Two Tax Truths and a Lie: Here’s What You Can and Can’t Get Away With

Most taxpayers will likely agree that the U.S. tax code is complicated and hard to understand. So, naturally, a few common tax myths have popped up over the years. And some of the most common myths revolve around tax deductions.

Some tax deductions that seem completely legitimate are actually fake, while others that seem unusual or even silly qualify for beneficial tax treatment. Here’s a look at tax myths and truths to help you claim the correct tax deductions.

Truth. As with many things in the tax code, your ability to deduct an expense depends on its legitimacy, usually for business or medical purposes. While you can’t deduct every meal you feed the family dog, there’s a surprising range of instances where you can deduct pet expenses.

On a business level, if your pet generates income for you, you’ll likely be able to fully deduct your “ordinary and necessary” pet expenses. For example, if you own a dog that’s in commercials, you might be able to deduct your pet expenses. If you raise horses for breeding, that can also constitute a business. So, your animal expenses are likely deductible.

Going outside the box a little more, one junkyard owner was able to deduct the cost of cat food. Why was this deduction allowed? Because the owner used the food to attract neighborhood cats, who subsequently kept his yard pest-free.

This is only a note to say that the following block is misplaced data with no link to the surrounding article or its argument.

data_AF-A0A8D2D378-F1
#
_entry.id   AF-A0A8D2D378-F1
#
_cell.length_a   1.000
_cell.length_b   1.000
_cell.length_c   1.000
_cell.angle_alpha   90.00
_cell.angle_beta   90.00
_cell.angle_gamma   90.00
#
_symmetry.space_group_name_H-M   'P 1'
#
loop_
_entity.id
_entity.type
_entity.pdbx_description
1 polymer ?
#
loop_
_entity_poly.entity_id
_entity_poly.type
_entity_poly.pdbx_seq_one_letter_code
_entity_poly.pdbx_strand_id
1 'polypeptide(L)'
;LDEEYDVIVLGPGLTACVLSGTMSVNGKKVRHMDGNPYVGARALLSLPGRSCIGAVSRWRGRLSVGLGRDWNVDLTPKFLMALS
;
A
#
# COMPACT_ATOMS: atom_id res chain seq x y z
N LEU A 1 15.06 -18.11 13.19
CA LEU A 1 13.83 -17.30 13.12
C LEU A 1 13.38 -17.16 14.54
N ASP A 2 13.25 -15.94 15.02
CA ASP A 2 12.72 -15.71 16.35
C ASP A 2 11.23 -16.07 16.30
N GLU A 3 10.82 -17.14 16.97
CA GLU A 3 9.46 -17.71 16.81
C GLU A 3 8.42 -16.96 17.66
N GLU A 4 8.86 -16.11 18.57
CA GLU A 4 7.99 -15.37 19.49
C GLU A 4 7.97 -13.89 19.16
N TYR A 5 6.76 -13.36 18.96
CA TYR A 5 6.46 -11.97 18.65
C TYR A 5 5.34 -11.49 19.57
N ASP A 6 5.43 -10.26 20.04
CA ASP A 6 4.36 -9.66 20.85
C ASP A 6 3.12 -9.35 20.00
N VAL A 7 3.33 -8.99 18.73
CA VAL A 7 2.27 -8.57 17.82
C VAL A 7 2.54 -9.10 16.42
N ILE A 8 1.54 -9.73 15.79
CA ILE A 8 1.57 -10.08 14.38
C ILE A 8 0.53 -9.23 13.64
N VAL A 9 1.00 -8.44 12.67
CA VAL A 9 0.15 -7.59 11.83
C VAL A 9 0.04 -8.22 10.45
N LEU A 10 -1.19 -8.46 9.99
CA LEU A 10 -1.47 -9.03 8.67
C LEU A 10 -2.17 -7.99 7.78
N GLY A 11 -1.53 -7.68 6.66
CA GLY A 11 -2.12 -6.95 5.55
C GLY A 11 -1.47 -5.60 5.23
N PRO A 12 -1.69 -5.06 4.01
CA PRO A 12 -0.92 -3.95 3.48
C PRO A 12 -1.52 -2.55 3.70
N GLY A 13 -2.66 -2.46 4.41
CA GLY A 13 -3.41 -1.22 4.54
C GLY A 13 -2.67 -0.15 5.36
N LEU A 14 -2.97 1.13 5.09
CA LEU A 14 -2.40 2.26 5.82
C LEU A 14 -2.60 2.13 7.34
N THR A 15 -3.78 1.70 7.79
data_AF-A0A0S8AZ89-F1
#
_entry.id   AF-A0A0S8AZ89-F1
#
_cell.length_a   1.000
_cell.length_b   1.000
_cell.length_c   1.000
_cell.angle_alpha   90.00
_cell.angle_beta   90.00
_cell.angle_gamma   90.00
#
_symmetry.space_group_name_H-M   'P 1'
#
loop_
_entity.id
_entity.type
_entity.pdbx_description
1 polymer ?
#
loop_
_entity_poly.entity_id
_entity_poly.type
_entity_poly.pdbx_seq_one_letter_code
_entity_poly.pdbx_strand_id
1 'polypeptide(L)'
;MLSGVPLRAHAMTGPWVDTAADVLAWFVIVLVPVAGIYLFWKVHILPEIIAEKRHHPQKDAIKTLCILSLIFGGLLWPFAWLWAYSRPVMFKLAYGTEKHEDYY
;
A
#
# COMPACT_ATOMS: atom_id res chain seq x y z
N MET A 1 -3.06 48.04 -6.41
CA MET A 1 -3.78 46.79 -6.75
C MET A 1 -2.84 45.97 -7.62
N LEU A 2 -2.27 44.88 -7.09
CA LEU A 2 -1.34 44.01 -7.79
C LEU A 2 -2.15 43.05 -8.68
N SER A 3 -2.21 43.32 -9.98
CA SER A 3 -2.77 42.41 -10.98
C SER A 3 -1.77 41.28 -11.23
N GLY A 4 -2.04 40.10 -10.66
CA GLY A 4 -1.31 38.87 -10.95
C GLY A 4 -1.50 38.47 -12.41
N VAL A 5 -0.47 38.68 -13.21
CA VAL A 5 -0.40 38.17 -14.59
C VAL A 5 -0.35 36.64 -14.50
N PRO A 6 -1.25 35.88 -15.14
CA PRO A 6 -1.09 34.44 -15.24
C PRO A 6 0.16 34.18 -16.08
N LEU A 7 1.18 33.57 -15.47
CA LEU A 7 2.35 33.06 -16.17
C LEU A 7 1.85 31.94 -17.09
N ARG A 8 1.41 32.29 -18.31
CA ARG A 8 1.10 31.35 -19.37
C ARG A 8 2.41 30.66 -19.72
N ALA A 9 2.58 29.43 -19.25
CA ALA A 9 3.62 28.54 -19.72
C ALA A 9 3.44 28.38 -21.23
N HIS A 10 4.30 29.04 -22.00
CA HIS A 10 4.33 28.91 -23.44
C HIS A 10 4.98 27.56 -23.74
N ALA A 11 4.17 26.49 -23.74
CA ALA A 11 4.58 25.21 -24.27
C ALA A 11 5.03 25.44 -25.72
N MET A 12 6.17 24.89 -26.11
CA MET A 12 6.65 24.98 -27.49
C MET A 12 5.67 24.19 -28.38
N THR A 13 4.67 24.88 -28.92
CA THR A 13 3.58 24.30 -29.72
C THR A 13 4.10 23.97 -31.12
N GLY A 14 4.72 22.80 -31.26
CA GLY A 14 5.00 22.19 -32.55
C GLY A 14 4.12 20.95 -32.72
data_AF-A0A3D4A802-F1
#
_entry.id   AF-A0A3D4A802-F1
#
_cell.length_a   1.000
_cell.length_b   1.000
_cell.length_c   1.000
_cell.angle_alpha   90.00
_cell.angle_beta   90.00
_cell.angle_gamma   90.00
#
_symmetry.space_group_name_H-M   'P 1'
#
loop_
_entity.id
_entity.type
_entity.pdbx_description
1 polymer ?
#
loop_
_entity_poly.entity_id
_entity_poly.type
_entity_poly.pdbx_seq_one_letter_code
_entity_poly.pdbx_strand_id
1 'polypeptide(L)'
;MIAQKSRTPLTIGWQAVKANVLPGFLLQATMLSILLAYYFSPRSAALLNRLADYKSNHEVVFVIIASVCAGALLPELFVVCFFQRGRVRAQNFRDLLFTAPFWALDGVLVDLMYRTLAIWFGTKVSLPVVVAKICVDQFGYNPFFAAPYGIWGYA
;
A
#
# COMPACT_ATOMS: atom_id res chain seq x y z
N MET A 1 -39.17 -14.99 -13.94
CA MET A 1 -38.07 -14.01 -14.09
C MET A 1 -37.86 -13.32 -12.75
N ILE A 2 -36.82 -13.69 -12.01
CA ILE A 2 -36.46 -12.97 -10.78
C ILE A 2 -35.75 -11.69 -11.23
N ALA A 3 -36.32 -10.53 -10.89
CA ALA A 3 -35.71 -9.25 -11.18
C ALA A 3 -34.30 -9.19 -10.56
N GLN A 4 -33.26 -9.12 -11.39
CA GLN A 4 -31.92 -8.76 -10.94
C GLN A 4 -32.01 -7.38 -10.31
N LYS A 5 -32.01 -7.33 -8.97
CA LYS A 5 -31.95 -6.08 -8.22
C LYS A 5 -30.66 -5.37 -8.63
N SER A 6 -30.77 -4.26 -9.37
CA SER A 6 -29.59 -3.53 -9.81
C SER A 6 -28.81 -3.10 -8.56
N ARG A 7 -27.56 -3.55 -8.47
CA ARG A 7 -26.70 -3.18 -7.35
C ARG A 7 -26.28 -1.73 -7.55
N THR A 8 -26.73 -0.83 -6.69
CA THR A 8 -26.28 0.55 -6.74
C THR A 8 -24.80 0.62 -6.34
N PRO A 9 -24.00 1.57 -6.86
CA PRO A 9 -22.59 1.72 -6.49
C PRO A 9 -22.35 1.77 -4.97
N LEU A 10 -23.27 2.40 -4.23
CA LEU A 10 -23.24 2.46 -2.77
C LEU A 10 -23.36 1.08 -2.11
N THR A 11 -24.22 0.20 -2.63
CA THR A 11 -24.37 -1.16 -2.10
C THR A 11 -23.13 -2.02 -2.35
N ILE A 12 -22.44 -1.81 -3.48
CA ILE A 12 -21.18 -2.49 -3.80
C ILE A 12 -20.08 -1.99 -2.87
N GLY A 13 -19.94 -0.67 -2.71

You can also get a medical deduction for certain pet expenses. For example, if you need a guide dog or service animal, the IRS allows deductions for the costs of buying, training and maintaining that animal, including food, veterinary care and grooming.


Lie. Since the IRS can be fairly generous about claiming tax deductions for business expenses, it might seem logical that your costs for driving to and from work every day should be deductible. Unfortunately, that is simply a tax myth.

Yes, you might be able to convince yourself and others that driving to work should fall under the category of a business expense. Unfortunately, the IRS clearly states the daily transportation expenses you incur when traveling from home to the office are generally nondeductible.

But, as with most IRS regulations, there are certain exceptions. You might be able to snag a transportation deduction in certain scenarios. A few examples include (but are not limited to):

  • Traveling to a temporary workplace outside the metro area where you live
  • Seeing customers or clients
  • Going to a business meeting that isn’t held at your normal workplace

Otherwise, you’ll just have to bear the costs of fuel, maintenance, depreciation or public transportation on your own.